Following the panel on American Cuisine, David Bouley came to the main stage to present his approach to cooking French style food with Japanese technique. Bouley who has had an illustrious career cooking as one of NYC's top chefs for at least the last 25 years, most of which has taken place at his eponymous restaurant, even as that restaurant has migrated through several locations, started with an essentially French repertoire. Over the years, the influence of Japanese cuisine has grown steadily on him to the point that his cooking is now largely a combination of the two cuisines. In this presentation he offered insights into his approach to cooking French with Japanese technique.
His initial preparation involved using black cod using Japanese ingredients and technique, but in a way he considers French. Below is a paraphrasing of some of his principle points.
- Starting with black cod. As you know, miso is very tender and makes fish taste so moist (salmon with miso never seems to dry out)
- Here we prepared a marinade with soy sauce and spanish pistachio paste – in Japan it would usually be sesame or miso
paste. This paste has no sugar and it hasn’t been toasted – can be used
in all kinds of cooking. Would be 2 pints of that marinade and put the
black cod in the bath for about 20 minutes. Fattier fish would sit longer, leaner fish would bathe for less. Almond is also wonderful for cooking.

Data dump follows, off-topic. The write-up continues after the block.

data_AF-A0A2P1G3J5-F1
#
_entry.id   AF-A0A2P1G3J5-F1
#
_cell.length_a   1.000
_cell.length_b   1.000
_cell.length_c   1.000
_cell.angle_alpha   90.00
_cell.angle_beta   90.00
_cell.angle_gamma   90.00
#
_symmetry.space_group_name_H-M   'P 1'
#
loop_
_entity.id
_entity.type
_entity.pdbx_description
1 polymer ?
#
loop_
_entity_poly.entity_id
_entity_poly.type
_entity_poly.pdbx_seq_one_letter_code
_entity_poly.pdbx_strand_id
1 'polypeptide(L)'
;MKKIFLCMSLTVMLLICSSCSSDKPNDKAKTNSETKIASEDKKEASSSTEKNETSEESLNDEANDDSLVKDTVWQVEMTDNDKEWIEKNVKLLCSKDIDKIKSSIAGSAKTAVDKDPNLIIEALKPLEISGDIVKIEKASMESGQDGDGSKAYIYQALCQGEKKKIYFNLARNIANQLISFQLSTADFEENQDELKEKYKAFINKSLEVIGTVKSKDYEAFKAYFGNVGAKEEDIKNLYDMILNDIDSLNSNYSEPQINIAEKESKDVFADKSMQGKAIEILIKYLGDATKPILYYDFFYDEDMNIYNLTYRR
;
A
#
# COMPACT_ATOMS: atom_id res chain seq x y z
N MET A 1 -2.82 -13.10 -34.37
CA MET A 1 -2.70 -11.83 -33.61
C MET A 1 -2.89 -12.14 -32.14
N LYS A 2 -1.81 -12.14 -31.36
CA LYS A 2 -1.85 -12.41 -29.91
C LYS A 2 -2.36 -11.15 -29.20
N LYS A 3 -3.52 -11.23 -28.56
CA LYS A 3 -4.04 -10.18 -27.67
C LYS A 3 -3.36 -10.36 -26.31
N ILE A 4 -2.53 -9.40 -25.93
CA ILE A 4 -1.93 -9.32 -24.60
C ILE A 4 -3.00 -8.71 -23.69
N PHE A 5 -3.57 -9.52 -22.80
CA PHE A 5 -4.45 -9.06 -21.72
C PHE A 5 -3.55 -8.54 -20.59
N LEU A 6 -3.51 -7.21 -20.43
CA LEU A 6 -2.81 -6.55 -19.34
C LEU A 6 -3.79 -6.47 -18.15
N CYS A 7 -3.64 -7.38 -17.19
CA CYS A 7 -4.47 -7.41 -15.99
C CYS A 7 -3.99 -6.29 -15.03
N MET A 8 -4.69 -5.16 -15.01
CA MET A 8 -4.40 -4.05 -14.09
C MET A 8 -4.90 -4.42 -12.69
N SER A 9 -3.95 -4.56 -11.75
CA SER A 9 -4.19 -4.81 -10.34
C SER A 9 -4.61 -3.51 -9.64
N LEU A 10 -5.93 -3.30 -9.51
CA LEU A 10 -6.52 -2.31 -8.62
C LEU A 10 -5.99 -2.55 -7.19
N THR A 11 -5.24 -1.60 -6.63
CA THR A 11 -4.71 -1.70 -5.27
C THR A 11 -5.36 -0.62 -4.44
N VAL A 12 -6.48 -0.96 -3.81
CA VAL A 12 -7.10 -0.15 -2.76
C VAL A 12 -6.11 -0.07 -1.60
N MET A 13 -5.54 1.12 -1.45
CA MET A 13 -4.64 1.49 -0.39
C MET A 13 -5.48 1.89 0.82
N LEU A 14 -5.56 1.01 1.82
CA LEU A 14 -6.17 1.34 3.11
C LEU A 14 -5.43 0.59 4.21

now cooked to the point where the skin is very crunchy, and we’re going
to put it on our buckwheat (very good for you, great grain), put some
thickened dashi into the buckwheat. Dashi is now being used all over the globe, including at some 3-star restaurants in Paris.
As you can see, Japanese cuisine is influencing food all over the
globe. Now we’re putting it into the oven and are going to make a
With the cod preparation cooking he proceeded to work on a dish of Malibu Sea Urchin Terrine with Creme Fraiche Sauce, Beluga Caviar and Fresh Kinome. For this dish he used a number of ingredients from the Japanese pantry including mirin, yuzu, dashi, sake, agar agar and kinome, a special Japanese herb not yet grown outside of Japan. To prepare the dish, he made chive oil , dashi and a creme fraiche sauce made by combining creme fraiche, yuzu, shallots, and chive oil. To make the terrine he combined and simmered the dashi, mirin and sake before blooming gelatin sheets and adding them to the dashi. He then mixed the agar agar with cold water before adding that also to the dash. He poured the liquid into a terrine mold at room temperature and just before setting, he added the uni to the terrine, allowing it to set. To plate the dish, he sliced the terrine and garnished it with additional uni on top, the creme fraiche sauce, caviar and kinome.
Bouley returned to the black cod in the oven. He had egg yolk, tomato water and a bit of dashi whipped on the stove, with mustard added along with a drop of yuzu
and a drop of garlic oil for a sauce. He
added some of the crispy, smoky cod skin to the buckwheat along with a few
twigs of lemon thyme. The fish, removed from the oven, was easily flaked.
He iplaced the buckwheat in a bowl, followed by the fish. Putting on a foam and grinding up black onion
powder on top, he made it look a bit like a bowl of charcoal. Bouley finished the dish
with a small dollop egg/mustard sauce right on top in the center, and then a few small mustard flowers. He said,
is a dish that I think demonstrates a very healthy ingredient in
buckwheat and also a very different preparation of fish. It is itself a
dish that would be with purity and integrity respecting Japanese
ingredients and technique, but also having some fun, as we like to do
in America to make it light and playful."